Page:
Adam (shrugs): "At first.  As we established earlier, I was quite a bit stronger than humans."

Interviewer: "What do you think of humankind?"

Adam: "Most of you are okay, but it sure is strange that every time the human race came in contact with another species of hominid back in prehistoric times, that species went extinct."

Interviewer: "Like your people?"

Adam patiently nods.

Interviewer: "How would you compare Neanderthals and humankind intelligence-wise?"

Adam: "I was wondering when you'd get around to that one."

Interviewer: "How did the Neanderthal brain stack up against that of Homo sapiens?"

Adam: "My people's brains were larger."

Interviewer (surprised): "Really?"

Adam: "Larger, but wired differently.  Do to our smaller neocortices (plural of neocortex) Neanderthals weren't as adept at thinking outside the box as modern people. Humans contemporary with my people possessed superior tools and weapons.  Therefore, they possessed better survival skills."

Interviewer: "Can you elaborate?"

Adam: "My people had better memories, but yours were superior at thinking laterally.  At basic problem-solving."

Interviewer: "And yet, you are able to function quite well in modern society."

Adam: "I can perform everyday tasks as well as your average Joe, yet I'll never be a rocket scientist or brain surgeon.
             You humans didn't survive my kind for no reason."

Interviewer: "Let's get back to Kelly.  How did you win her?"

Adam: "I didn't. I was young and socially awkward...and had no game whatsoever.  Kelly and I just sort of fell in love. To this day, I don't know what she saw in me."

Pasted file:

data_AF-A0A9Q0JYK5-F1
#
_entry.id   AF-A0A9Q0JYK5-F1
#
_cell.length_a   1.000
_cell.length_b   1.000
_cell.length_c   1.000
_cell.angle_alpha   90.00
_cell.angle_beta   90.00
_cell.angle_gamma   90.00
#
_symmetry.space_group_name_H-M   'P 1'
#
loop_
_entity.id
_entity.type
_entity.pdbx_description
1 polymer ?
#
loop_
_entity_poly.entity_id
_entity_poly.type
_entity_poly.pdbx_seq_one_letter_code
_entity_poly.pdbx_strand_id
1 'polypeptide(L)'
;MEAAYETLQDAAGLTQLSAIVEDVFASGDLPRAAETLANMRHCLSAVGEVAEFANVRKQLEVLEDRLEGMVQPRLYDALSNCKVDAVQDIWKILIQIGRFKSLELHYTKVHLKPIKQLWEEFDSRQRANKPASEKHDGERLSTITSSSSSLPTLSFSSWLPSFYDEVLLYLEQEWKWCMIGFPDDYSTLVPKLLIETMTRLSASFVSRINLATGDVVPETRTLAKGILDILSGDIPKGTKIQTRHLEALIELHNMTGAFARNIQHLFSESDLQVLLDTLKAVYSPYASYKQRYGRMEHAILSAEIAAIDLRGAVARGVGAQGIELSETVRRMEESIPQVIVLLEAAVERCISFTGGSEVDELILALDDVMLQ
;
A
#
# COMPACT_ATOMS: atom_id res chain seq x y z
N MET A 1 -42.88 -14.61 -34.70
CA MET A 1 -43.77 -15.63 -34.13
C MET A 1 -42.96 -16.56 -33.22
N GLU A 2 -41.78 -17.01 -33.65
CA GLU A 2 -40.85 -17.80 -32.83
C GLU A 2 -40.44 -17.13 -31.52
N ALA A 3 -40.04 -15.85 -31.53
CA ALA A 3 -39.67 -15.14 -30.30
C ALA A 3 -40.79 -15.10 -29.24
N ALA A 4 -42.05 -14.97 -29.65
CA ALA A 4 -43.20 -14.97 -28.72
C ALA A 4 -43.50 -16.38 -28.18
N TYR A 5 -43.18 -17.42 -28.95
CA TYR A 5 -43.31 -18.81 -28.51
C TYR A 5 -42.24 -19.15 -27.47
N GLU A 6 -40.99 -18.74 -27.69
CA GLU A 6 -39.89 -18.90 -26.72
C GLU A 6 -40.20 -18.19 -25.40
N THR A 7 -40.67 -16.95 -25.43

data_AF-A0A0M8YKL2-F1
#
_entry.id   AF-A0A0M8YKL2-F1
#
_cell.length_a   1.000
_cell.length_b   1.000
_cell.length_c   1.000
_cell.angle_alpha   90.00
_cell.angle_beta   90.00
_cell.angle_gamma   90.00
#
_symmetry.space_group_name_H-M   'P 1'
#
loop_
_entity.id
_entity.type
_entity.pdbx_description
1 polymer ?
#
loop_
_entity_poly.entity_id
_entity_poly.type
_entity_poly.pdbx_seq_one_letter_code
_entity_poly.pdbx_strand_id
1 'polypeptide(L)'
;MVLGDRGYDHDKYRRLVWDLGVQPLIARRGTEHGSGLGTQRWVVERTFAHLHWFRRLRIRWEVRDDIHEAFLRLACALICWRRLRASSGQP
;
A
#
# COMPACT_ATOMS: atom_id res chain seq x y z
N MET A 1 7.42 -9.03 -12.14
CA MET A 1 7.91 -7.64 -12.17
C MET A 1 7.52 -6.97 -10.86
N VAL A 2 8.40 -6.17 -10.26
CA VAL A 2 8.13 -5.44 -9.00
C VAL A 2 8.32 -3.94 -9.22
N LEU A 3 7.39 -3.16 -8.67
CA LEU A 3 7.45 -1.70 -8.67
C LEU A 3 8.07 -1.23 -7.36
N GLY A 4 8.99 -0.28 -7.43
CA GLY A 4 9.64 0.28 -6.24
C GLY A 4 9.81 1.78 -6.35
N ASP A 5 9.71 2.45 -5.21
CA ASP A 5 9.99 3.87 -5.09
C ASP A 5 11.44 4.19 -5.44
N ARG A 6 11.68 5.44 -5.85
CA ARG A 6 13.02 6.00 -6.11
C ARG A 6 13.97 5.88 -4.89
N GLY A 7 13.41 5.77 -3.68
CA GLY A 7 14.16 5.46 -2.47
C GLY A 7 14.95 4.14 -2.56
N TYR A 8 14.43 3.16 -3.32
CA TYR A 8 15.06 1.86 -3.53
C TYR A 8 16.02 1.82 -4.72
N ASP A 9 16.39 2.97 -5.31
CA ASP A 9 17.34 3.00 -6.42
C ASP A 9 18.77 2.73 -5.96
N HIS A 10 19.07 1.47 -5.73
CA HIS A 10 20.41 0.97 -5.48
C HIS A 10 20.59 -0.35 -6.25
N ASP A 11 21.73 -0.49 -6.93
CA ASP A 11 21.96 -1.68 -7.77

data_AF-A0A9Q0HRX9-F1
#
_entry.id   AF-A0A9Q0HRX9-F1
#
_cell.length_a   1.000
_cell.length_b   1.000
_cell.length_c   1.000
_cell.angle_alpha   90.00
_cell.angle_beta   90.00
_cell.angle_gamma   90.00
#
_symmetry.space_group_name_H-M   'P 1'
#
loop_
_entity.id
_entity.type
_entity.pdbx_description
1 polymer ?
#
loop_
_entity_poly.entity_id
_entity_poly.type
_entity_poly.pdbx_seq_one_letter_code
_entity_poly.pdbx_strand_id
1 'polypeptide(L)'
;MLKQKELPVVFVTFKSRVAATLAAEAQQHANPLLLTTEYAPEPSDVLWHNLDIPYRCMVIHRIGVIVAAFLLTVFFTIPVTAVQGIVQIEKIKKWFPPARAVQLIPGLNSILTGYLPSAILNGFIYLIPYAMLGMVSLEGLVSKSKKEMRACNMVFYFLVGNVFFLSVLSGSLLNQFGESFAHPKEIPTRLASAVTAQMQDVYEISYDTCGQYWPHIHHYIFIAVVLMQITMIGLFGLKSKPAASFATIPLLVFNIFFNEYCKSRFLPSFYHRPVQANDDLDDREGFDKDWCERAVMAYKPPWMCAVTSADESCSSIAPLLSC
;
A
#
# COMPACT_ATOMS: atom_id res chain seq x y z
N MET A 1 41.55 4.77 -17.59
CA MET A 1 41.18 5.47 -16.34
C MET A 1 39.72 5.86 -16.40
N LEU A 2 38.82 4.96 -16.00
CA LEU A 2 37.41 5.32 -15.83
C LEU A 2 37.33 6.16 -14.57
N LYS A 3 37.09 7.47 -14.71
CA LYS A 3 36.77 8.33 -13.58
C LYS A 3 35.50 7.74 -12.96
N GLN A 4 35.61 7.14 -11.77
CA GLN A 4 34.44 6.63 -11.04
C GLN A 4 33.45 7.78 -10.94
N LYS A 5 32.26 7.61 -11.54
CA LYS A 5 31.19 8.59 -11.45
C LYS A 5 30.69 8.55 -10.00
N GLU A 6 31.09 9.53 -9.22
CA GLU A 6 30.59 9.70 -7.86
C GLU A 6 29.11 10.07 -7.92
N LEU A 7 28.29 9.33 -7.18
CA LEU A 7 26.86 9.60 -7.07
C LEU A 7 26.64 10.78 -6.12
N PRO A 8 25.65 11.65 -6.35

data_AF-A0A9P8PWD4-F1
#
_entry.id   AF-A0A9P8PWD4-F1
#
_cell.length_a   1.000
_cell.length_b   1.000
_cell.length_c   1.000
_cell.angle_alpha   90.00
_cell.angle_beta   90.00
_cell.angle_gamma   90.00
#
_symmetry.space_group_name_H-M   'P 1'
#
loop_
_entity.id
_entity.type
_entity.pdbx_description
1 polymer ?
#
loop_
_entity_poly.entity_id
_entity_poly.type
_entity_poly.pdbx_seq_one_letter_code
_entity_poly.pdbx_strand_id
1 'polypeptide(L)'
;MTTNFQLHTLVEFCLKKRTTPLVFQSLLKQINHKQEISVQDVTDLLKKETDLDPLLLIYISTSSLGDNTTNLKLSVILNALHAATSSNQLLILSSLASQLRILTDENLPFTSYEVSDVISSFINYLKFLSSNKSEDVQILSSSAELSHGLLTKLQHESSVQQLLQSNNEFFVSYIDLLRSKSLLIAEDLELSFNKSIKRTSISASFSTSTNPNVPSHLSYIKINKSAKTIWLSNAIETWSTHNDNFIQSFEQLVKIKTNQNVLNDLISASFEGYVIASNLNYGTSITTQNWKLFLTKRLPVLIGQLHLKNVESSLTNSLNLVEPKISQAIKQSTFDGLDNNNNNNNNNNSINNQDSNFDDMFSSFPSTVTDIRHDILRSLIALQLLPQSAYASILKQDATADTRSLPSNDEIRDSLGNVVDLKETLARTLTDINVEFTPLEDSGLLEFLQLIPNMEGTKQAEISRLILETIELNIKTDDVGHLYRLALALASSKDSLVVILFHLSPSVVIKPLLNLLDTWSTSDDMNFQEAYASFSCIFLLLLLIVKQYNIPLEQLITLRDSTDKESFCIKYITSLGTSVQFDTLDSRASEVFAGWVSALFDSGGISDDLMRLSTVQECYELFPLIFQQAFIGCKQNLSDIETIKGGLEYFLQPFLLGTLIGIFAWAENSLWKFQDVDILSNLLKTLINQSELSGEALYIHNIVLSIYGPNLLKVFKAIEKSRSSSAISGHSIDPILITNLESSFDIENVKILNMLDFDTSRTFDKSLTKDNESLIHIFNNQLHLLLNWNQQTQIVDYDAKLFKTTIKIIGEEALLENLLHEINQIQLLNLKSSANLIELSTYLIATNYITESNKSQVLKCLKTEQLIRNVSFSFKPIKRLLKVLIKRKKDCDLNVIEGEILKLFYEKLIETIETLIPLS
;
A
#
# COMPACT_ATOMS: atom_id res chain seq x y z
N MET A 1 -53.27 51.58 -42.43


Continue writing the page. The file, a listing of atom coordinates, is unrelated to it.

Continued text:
Interviewer: "I can't believe you had no skills with females whatsoever."

Adam (laughing): "Don't forget, we cavemen used to court our women with clubs."

Out of the Cave is 65,000 words (220 pages) long. It was published October 07, 2013 by Burst Books, an imprint of the Champagne Book Group.  

About The Book
Author Website

The year is 2036. Fifteen-year-old-Kelly Tracer moves to Rivertown, Missouri, population 1900, where she enrolls in the local high school to begin her sophomore year. Imagine Kelly's surprise when she learns of another newcomer to Rivertown High, a sophomore like herself: a boy from 40,000 years in the past. A Neanderthal.

Further imagine Kelly's shock when she learns Neanderthals were not fellow Homo sapiens but were instead a seperate species of humans unto themselves. She remembers the boy being time transported to the twenty-first century from watching the news when she was six years old. Now, nine years later, he is being mainstreamed.

Kelly is further surprised when she sees Adam (the name humans have given him) in the flesh. Like his long-extinct people, he is heavily muscled with thick brow ridges above his eyes and possessed of a protruding muzzle of a mouth and only a slight chin. Then there is his humongous, spreading nose. More thuggish than simian-looking, Adam's primitive looks put Kelly off. Scare her even.

Kelly gets another surprise. Adam speaks English like an American. Raised by scientists since his sixth year, he sounds just like any other American kid, except for a touch of bass in his voice's timbre. Also, Adam is nothing like the dully fierce caveman stereotype Kelly expected. Aside from being shy, he is mild and thoughtful and quite considerate of the feelings of others. Adam is also very mature for his few years; an evolutionary response, according to his paleoanthropologist adoptive father, to living in the harsh conditions of a major Ice Age.

Not surprisingly, Kelly finds herself liking him.

You guessed it, Kelly and Adam will eventually become an item. But, before that, they'll go through enough tribulations to try the patience of a saint. After-all, the world is no more perfect in the year 2036 than it was in Adam's time.(less)